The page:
Friday, March 20, 2015

Rebecca Serrell Cyr premieres "Assemblage" at JACK

Alex Escalante and Rebecca Serrell Cyr in Assemblage
(photo: Ed Forti Photography)

How much is too much? Who cares!

I'm captivated by the excess in Rebecca Serrell Cyr's Assemblage, her first evening-length work, running now at JACK. I don't need to know why we've each been issued a marginally useless flashlight the size of a quarter and have to hand it back before the show begins--although, as the pre-show lighting is dim, it kind of makes sense for program reading, and the tiny brights look sweet, like something I'd get at the circus and ice shows at Madison Square Garden when I was a kid and every bit as lasting. I don't absolutely need to know why a plywood model house, erected atop a folding tray, gets stripped of its toy inhabitants, disassembled and carted off, floor by floor, before the dance begins--although I might like to know. Then Alex Escalante, embarking in darkness, noisily collapses onto a sheet of Mylar, one of a few stations set up across a floor strewn with apparently random discards. Sure thing.

On the soundtrack, Ravel, master of the out of bounds. Escalante rolling over Cyr's body as fog belches a few times from a sluggish fog machine. Bodies used for resistance and as bracing assistance in half-acrobatic moves. Hurried costume changes. Aretha Aoki emerging from a pile of stuff. The terrain of scrunched up tissue paper, plastic, Mylar, fabric, a fat empty bottle for water. Coffee cups and dervish spins and long skirts that swirl and swordplay with invisible swords and wafting bubbles and pom poms and branches entangled like antlers in a struggle for dominance. The movement lush, the movement heated with the dial forced ever higher in a heck yeah, go-for-it recklessness. And then, the tidying up. Every scrap meticulously cleared away, while we watch, as if what happened never happened but, of course, we watched it happen.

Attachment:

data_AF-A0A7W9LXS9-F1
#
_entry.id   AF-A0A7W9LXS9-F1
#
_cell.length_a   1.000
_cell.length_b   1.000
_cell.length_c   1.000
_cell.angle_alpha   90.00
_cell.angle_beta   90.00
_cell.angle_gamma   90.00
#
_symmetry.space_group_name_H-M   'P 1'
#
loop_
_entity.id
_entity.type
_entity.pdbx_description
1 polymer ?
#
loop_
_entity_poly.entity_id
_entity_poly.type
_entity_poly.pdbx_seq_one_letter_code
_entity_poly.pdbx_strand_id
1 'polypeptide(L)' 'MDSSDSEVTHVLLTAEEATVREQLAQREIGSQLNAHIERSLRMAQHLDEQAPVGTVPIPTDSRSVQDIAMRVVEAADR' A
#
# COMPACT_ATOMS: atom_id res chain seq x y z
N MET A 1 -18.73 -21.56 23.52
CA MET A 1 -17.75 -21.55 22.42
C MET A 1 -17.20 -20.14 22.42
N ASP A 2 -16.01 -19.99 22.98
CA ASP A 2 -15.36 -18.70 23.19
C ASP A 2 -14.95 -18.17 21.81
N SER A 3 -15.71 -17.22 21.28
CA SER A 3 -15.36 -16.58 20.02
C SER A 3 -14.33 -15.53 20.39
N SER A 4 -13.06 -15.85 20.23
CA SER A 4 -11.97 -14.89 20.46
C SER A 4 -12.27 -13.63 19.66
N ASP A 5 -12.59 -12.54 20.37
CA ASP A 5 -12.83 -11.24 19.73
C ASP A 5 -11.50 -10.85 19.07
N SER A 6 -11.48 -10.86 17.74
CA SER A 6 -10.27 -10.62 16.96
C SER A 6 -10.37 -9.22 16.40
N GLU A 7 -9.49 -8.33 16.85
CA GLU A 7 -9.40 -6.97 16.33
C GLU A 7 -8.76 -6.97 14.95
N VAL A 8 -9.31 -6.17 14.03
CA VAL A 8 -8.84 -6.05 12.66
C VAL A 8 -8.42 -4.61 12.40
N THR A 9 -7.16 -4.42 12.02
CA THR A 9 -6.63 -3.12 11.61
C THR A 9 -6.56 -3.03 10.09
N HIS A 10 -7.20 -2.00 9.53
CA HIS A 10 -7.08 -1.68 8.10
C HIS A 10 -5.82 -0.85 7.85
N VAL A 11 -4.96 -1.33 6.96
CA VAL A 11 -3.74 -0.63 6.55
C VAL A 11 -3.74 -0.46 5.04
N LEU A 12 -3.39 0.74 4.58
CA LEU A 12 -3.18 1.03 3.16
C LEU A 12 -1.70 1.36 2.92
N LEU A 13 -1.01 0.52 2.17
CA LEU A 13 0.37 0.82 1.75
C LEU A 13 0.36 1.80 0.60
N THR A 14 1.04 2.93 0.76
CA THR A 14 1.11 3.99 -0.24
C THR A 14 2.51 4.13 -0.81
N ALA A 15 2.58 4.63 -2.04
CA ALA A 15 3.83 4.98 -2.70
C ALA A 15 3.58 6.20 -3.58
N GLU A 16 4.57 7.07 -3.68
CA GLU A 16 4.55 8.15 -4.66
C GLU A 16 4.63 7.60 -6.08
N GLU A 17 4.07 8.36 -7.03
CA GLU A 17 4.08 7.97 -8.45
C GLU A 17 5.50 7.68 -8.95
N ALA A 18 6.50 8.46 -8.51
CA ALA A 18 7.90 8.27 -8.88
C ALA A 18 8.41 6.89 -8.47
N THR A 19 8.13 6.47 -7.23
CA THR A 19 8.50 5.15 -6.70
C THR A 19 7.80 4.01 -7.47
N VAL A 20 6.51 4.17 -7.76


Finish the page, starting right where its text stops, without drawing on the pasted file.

I fell in love with this. And then Cyr hit me with the Bob Ross voiceover and the pliant, heroic dancing of Eleanor Hullihan, a wealth seemingly limitless in its source.

Now, the late Bob Ross is known to me only by reputation--that and a funny Facebook meme about turning mistakes into birds, one of the least offensive Bob Ross memes out there. (The Internet is a cesspool. Avoid it at all cost.) Cyr uses sound--Ross's clear, soothing voice and scratchy brush strokes--from an episode of the PBS instructional series, The Joy of Painting. Which I had never watched. To my regret now. Because.

A few sample quotes from the Ross instructional:
Just this mountain flows right off the knife.

All we want is a nice outside edge. We couldn't really care what's happening on the inside now.

This is your world. let your imagination take you where you want to go.

Just want this mountain to softly, softly disappear...happy little mountains way back in the distance.

It's your projection. You can put it anywhere you want it.
Bend the bristles. Make that brush work for you.
Cyr, lauded for her work as an instrument for other dancemakers, knows she cannot completely discard all that she has absorbed from the outside. Assemblage makes much of accumulation, disguise, dismantling--ah, hah! that model house!--permission, exuberance and mastery. It looks like an artist statement in motion--perpetual motion and perpetual flux. It is rich, deep, thoughtfully accomplished and tickles the hell out of me.

Assemblage continues through Saturday with performances at 8pm. For all information and tickets, click here.

505 1/2 Waverly Avenue (between Fulton Street and Atlantic Avenue), Brooklyn

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